A starry-eyed plan for reinvigorating the century-old Frankford Y has now lost the support of the civic association to whom the proposal was first presented.
Northwood Civic Association President Barry Howell, who presided over the November meeting of his neighborhood group that featured the announcement that a for-profit group would purchase the cherished, nonprofit community center, stood up at Thursday night’s Frankford Civic Association meeting and addressed the issue aggressively.
“I sense a rat,” Howell said, to chatters of approval from the 16 residents and 10 Frankford board members in attendance. “They fed us Disney World, but this ain’t Disney World.”
Frankford Civic Association heard one zoning request at the December meeting.
Representatives of MNC Construction presented a plan to build 26-foot-high, 92-foot-long, one-story storage garage on a vacant lot at 4205-07 Adams Ave.
The garage would hold the company’s equipment, including a large back-hoe. Currently the company uses the lot to park and store its equipment, the legality of which was called into question by the Civic board.
The architect for the project, Jimmy Chung, passed sketches of the proposed brick-face building, noting that it would fit with the existing residential properties on the block. He said there would be no hazardous chemicals stored there and pledged the garage would be built to code.
First things first, though, as MNC hadn’t yet approached the Zoning Board. Chung said the property is currently zoned for a single-family residence. The board suggested MNC submit their proposal with signed neighbor support.
Howell was speaking of a duo that had pledged publicly at last month’s Northwood Civic Meeting to present further details at last night’s Frankford meeting.
That duo — Terry Tobin, the Y’s long-time general manager, and Anthony Bannister, the charismatic, new-to-the-neighborhood, public partner of the heretofore unverified for-profit company that agreed to terms to purchase the Y — never showed.
“They never contacted us about coming here,” said Frankford board member Pete Speccos.
At Northwood Civic’s November meeting, Bannister introduced the New Frankford Community Y LLC, a new for-profit company he was representing that agreed to purchase the Y for more than $500,000 and would invest another half-million dollars into renovating and expanding the center, having it open by September 2010. It would be the catalyst of a neighborhood revitalization program, Bannister said then, months after the Y closed in May.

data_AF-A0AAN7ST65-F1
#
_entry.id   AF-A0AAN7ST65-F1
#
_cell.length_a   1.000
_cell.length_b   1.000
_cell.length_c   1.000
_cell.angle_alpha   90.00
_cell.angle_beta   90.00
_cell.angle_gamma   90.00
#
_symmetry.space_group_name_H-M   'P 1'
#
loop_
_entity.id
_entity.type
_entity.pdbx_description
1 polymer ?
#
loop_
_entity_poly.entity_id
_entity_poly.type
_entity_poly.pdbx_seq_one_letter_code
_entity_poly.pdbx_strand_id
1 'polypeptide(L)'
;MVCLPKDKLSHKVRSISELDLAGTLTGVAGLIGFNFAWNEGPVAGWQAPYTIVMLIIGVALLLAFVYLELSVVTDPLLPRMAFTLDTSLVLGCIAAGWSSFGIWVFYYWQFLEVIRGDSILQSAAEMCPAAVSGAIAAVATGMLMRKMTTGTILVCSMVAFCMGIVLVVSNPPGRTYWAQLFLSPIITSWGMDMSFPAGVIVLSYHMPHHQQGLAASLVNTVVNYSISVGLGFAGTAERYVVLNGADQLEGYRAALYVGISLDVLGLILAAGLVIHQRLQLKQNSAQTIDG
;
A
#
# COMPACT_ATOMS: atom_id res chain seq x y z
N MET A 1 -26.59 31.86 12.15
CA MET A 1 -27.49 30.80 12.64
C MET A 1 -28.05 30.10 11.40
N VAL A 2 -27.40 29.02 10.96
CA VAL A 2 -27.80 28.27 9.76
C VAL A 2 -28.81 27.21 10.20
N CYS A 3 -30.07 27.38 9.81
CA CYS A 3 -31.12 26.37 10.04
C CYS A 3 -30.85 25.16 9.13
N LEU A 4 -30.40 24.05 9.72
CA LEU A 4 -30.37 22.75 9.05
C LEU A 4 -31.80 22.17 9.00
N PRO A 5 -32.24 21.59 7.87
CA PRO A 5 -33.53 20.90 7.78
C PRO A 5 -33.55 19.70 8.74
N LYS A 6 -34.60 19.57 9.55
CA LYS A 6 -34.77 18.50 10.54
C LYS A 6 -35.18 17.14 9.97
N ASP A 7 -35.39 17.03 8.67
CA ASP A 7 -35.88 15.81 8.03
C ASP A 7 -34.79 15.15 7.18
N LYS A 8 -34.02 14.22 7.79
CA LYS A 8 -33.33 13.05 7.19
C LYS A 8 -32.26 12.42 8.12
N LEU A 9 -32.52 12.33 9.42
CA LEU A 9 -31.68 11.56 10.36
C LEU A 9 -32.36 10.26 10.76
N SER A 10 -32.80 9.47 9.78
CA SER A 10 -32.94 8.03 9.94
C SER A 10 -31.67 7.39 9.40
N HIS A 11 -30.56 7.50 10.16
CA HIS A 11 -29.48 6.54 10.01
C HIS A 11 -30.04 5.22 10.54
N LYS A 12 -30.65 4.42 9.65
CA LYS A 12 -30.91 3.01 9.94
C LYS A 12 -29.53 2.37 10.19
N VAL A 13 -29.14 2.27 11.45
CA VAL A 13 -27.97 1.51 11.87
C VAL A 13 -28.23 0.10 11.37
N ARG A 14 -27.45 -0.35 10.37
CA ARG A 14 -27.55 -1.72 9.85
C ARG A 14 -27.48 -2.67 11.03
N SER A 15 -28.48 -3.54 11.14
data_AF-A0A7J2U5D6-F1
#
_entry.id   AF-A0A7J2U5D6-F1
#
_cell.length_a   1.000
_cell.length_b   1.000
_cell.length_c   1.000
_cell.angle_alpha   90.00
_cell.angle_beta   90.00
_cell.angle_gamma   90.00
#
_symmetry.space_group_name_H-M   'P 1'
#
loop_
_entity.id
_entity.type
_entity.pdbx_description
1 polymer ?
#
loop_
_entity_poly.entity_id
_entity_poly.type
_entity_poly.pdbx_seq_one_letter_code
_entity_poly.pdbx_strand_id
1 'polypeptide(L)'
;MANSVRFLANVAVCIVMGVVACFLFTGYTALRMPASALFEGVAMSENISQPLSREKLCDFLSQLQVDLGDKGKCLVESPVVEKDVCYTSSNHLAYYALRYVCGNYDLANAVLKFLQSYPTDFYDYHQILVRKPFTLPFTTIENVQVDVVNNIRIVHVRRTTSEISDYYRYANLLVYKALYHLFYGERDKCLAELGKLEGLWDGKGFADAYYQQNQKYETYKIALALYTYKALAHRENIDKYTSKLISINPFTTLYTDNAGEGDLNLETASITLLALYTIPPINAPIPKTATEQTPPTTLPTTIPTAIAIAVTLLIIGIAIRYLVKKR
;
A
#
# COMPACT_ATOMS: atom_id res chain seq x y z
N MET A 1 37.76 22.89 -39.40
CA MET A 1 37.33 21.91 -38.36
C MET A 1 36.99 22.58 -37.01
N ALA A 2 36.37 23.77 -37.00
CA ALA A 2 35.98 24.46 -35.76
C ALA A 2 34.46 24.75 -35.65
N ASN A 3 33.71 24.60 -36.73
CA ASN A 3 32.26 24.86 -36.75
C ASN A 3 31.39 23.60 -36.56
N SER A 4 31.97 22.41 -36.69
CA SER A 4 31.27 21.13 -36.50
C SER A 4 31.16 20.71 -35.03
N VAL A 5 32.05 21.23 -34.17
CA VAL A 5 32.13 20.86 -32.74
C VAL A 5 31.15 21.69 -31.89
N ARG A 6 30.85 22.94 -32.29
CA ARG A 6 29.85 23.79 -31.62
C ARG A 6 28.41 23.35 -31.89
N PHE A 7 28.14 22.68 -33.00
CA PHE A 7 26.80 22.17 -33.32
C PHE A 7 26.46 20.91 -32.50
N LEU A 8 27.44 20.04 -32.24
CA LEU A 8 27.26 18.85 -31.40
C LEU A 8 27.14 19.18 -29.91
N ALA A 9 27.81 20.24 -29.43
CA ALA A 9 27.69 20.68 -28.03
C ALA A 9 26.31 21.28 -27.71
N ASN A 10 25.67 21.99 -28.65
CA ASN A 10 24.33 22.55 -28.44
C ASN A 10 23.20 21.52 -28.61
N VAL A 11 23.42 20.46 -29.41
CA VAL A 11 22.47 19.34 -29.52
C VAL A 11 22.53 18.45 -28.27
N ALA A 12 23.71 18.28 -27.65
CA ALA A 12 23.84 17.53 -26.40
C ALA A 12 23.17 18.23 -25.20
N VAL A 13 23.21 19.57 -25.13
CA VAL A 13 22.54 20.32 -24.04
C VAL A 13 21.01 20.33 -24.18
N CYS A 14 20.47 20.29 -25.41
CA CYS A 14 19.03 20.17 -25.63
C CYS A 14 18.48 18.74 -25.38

“Let me say this now,” Howell, the president, said last night. “the Northwood Civic Association opposes [this proposal].”
At that November Northwood meeting, Bannister and Tobin presented to a reserved, yet optimistic crowd and pledged to be at last night’s Frankford meeting. At last night’s meeting, Jorge Santana, the chief of staff of state Rep. Tony Payton Jr., and Jason Dawkins, a representative from the office of Councilwoman Maria Sanchez, both said Tobin and Bannister had repeatedly confirmed that promise to be at the Frankford meeting.
“They told us it’s going to be like the old Frankford Y but with more bells and whistles,” said Dawkins. “But we don’t know what those bells and whistles are and tonight we were going to ask questions about that.”
Dawkins said Tobin and Bannister had also promised a detailed business plan for the Y’s new incarnation. It was another missed deadline, Dawkins said, which means their scheduled Dec. 15 closing date “won’t happen.”
In the video below, Northwood Civic Association President Barry Howell gives his opposition to the New Frankford Community Y.
Santana and Dawkins both said they want to find out more about the legality of the proposed for-profit and nonprofit merger, particularly where funds from the sale would go. Howell, who has no official position with the Frankford Civic Association but attends occasionally and always lets his presence known when he does, threatened to involve the state attorney general’s office in the matter.
Directing his focus to the Frankford civic board members, who nearly outnumbered the residents in attendance and in recent meetings have, Howell called for unity on the matter between his Northwood and adjacent Frankford, each of which have laid claim to the Y, located at 4700 Leiper St., being within their neighborhood
“The Y is within Northwood’s boundaries, but I think it affects Frankford more,” Howell said. “We need to work together to fight whatever it is that this plan was trying to do.”
Below other residents voice their concerns about the proposed partnership over the Frankford Y.